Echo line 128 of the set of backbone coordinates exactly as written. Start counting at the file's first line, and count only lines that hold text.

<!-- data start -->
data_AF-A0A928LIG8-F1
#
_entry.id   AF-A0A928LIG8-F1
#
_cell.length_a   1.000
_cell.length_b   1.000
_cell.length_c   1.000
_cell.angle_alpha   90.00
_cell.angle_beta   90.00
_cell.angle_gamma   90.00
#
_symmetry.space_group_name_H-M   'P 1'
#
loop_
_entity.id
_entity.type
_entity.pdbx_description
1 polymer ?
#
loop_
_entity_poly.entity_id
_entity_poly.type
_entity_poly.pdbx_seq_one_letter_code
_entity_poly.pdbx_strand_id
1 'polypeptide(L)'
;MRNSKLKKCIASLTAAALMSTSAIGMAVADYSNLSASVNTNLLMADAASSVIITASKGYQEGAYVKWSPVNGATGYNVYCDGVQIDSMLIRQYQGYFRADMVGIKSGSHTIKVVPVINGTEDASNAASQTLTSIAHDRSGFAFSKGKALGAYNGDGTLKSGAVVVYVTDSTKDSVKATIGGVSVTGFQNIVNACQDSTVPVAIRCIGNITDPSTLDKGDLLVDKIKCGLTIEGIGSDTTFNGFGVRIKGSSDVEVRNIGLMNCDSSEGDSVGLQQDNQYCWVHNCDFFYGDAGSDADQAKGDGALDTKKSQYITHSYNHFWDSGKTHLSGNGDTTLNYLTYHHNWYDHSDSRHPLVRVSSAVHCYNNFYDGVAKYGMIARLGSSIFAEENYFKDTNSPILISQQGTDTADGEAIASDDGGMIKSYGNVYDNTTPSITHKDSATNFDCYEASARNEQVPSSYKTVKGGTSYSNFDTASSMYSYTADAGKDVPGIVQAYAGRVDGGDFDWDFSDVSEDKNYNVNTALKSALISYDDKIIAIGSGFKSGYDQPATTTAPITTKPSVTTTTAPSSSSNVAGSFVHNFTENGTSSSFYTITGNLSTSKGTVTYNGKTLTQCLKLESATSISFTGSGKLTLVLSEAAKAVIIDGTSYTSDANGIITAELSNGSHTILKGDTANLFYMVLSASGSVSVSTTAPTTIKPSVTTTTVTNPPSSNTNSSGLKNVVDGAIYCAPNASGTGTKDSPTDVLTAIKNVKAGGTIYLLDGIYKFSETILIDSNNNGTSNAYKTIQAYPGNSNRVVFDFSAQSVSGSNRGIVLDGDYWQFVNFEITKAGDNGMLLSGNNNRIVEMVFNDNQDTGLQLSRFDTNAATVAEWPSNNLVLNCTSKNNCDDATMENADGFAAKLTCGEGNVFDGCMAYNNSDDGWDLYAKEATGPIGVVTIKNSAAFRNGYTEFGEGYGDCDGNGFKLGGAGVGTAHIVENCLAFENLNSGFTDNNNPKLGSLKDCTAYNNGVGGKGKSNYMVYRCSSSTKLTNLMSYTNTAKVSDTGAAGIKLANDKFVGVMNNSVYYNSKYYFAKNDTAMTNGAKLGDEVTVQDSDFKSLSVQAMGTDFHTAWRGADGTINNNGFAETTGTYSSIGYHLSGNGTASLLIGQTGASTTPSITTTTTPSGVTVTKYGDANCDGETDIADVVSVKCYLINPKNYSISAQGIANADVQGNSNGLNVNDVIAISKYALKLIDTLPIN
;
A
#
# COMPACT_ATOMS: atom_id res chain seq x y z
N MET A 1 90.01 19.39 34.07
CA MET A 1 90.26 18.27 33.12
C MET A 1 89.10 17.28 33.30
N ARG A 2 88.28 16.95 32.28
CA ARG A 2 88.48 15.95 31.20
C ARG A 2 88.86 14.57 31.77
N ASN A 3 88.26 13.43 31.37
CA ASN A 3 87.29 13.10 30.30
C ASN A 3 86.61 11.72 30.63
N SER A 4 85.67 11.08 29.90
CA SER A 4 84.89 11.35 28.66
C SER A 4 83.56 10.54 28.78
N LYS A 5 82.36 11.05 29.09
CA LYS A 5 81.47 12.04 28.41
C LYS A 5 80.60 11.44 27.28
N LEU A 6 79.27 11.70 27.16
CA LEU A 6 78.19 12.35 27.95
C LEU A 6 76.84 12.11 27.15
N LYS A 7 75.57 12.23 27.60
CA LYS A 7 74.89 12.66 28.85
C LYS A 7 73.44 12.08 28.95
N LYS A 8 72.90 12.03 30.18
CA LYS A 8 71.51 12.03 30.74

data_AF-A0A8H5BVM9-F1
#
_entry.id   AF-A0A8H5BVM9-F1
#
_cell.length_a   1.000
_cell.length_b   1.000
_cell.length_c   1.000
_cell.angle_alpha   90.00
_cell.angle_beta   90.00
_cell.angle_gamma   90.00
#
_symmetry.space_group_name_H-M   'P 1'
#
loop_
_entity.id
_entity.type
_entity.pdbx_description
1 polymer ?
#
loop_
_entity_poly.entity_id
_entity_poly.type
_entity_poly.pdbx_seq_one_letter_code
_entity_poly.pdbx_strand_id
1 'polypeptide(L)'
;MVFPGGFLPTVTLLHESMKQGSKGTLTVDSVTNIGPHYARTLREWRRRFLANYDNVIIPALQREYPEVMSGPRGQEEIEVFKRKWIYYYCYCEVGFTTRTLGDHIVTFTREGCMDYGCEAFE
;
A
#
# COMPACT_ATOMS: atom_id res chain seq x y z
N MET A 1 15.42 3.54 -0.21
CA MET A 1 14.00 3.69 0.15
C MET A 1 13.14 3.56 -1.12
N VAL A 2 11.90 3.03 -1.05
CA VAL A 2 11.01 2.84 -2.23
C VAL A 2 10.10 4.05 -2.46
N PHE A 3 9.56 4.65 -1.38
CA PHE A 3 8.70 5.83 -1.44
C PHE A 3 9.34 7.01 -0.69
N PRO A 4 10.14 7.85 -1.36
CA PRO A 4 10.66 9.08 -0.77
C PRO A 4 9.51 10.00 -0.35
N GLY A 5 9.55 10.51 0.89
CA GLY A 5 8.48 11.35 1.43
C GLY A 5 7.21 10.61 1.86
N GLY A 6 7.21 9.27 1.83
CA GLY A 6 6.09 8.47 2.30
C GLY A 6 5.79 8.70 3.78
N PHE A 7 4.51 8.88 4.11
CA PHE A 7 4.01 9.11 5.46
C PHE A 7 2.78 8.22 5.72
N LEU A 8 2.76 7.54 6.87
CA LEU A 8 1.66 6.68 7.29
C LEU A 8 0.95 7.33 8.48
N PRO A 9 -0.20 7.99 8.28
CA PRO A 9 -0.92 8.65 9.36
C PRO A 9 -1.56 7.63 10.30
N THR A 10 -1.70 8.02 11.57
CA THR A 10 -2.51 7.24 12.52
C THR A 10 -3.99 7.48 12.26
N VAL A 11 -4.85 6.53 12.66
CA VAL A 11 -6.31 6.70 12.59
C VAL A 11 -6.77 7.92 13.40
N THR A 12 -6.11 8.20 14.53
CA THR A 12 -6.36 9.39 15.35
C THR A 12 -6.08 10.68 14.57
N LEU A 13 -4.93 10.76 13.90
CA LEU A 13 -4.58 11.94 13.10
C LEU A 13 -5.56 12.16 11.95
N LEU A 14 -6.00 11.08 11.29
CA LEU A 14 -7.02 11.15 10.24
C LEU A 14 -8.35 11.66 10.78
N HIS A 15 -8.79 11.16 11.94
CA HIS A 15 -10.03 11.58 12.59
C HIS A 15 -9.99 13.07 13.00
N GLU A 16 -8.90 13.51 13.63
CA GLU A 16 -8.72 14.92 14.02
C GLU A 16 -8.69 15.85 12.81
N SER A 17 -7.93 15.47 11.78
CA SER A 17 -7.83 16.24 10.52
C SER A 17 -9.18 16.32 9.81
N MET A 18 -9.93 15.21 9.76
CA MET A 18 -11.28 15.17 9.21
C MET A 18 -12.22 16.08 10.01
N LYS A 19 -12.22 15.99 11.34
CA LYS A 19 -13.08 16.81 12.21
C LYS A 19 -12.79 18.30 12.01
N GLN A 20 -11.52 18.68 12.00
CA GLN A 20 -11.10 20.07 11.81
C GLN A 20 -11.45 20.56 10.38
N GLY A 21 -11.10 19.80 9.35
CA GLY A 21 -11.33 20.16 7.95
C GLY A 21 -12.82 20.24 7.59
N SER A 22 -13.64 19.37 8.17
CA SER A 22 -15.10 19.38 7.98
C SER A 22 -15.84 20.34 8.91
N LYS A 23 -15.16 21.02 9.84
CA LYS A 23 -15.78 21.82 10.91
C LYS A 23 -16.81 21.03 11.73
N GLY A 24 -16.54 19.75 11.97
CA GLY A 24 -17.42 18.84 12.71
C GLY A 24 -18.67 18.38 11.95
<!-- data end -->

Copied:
C HIS A 15 -9.99 13.07 13.00